zone one-colson whitehead

zombie apocalypse now. i like when a writer takes the risks, switches it up. like his contemporary chuck palahniuk (one or both of them might kill me for saying that), his latest novel is gulping some haterade on hope. a comment on the obama generation? maybe. whatever the case, i was mostly not afraid to read this, except my parka hanging in my peripheral vision outright terrified me at least twice during the pulling of these passages. (sigh).

“He could not die. Two more creatures tumbled to the asphalt, their craniums disintegrated. Beauty could not thrive, and the awful was too commonplace to be of consequence. Only in the middle was there safety.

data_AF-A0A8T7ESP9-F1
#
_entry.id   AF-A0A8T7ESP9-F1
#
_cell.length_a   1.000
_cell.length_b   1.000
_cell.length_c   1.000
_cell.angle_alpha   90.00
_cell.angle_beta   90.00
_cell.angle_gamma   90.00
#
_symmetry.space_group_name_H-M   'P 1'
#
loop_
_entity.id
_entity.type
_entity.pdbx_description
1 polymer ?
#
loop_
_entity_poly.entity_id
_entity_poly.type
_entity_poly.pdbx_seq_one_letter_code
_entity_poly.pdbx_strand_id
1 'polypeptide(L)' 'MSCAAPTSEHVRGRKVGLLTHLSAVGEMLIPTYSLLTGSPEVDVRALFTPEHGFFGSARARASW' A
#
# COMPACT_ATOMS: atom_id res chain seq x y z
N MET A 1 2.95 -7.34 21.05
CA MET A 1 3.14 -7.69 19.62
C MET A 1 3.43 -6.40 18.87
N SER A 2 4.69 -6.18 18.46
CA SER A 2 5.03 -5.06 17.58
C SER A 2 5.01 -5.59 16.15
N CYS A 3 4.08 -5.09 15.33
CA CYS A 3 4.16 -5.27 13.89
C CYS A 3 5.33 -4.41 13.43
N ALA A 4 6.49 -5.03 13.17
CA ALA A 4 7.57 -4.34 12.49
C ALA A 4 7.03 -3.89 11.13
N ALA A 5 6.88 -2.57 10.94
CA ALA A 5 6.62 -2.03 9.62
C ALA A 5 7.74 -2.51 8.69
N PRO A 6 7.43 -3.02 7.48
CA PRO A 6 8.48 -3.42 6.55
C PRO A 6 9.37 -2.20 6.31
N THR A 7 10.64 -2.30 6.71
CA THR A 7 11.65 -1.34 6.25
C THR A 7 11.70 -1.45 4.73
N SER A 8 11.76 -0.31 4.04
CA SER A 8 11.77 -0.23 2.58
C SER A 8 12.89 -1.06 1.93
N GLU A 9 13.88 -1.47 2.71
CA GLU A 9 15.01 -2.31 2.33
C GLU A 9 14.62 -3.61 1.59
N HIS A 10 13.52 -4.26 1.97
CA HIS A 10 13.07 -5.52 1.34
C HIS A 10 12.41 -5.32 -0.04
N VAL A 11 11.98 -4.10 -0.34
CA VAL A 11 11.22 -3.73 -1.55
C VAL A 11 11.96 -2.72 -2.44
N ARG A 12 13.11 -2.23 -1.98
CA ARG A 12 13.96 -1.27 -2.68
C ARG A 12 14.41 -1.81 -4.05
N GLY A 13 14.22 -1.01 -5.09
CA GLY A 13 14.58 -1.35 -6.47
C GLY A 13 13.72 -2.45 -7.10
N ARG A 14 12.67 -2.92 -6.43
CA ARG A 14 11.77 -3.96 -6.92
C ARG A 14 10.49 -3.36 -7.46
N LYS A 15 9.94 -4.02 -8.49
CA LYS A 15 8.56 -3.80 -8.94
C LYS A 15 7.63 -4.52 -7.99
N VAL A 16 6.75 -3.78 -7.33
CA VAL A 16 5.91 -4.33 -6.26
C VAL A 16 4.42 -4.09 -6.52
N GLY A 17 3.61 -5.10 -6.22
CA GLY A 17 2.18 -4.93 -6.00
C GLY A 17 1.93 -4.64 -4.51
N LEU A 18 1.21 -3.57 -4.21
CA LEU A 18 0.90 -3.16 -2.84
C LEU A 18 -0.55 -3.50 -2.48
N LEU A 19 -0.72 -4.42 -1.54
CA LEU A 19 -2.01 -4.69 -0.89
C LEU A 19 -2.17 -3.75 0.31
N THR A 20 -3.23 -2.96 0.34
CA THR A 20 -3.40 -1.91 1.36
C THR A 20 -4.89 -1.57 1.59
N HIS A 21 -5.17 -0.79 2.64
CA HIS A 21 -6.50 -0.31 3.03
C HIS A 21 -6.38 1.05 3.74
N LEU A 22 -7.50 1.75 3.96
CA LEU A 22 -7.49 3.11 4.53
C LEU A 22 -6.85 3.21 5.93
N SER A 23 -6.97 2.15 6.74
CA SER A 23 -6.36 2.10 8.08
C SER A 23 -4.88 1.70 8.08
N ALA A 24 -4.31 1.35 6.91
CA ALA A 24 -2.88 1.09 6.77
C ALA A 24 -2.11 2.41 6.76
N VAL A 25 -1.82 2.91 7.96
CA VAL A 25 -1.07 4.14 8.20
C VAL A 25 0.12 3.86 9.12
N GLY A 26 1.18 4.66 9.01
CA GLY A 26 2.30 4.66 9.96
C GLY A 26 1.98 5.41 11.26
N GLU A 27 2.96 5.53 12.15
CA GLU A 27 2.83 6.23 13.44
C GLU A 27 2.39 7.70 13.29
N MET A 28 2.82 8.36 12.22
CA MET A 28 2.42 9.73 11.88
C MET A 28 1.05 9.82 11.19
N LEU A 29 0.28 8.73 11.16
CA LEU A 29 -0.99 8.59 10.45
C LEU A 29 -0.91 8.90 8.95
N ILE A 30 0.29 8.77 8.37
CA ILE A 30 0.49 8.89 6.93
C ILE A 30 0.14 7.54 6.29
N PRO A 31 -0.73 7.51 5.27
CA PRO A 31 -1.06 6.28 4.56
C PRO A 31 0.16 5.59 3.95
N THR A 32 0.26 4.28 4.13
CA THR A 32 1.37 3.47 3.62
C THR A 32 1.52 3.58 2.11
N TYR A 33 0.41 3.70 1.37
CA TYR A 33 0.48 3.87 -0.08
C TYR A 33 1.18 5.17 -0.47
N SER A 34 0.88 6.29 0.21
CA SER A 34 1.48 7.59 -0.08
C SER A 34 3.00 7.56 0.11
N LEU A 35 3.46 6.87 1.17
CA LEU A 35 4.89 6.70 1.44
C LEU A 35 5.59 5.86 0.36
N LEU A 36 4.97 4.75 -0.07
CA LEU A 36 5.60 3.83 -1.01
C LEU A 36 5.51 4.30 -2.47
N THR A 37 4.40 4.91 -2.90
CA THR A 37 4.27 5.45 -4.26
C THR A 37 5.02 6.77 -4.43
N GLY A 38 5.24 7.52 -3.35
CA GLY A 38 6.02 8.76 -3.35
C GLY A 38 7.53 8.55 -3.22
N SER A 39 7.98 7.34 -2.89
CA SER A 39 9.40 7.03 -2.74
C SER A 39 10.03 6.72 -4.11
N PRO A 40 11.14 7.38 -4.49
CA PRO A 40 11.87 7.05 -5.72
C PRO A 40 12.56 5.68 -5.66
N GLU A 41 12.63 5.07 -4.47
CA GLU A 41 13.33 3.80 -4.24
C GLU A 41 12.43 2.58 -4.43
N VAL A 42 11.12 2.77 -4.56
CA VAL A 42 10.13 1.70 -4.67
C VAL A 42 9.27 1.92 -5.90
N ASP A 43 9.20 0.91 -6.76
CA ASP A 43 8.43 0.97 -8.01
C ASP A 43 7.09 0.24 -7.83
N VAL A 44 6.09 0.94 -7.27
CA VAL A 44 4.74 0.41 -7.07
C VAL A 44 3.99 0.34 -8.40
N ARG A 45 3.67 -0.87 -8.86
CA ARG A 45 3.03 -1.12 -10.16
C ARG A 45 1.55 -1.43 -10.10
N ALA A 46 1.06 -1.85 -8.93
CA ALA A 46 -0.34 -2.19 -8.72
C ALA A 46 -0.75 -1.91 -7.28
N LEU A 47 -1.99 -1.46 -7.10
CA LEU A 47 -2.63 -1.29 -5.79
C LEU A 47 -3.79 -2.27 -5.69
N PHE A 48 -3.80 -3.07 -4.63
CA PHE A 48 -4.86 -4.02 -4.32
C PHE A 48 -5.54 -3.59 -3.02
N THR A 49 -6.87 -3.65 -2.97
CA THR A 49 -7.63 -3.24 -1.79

He was a mediocre man. He had led a mediocre life exceptional only in the magnitude of its unexceptionality. Now the world was mediocre, rendering him perfect. He asked himself: How can I die? I was always like this. Now I am more me. He had the ammo. He took them all down.” (148)

“It wasn’t the worst job he’d ever had. He was working there when Last Night slammed down, scratching at his law-exam-prep notebooks at night in the rec room. The New York headquarters of the coffee company was is Chelsea, a mile and a half past the wall. He could only speculate about who had made it out and who still roamed the halls. His social-media persona probably continued to punch the clock, gossiping with the empty air and spell-checking faux-friendly compositions, hitting Send. ‘Nothing cures the Just Got Exsanguinated Blues like a foam mustache, IMHO.’ ‘Sucks that the funeral pyre is so early in the morning-why don’t you grab a large Sumatra so you can stay awake when you toss your grandma in? Wouldn’t want to sleep through that, LOL!’” (151)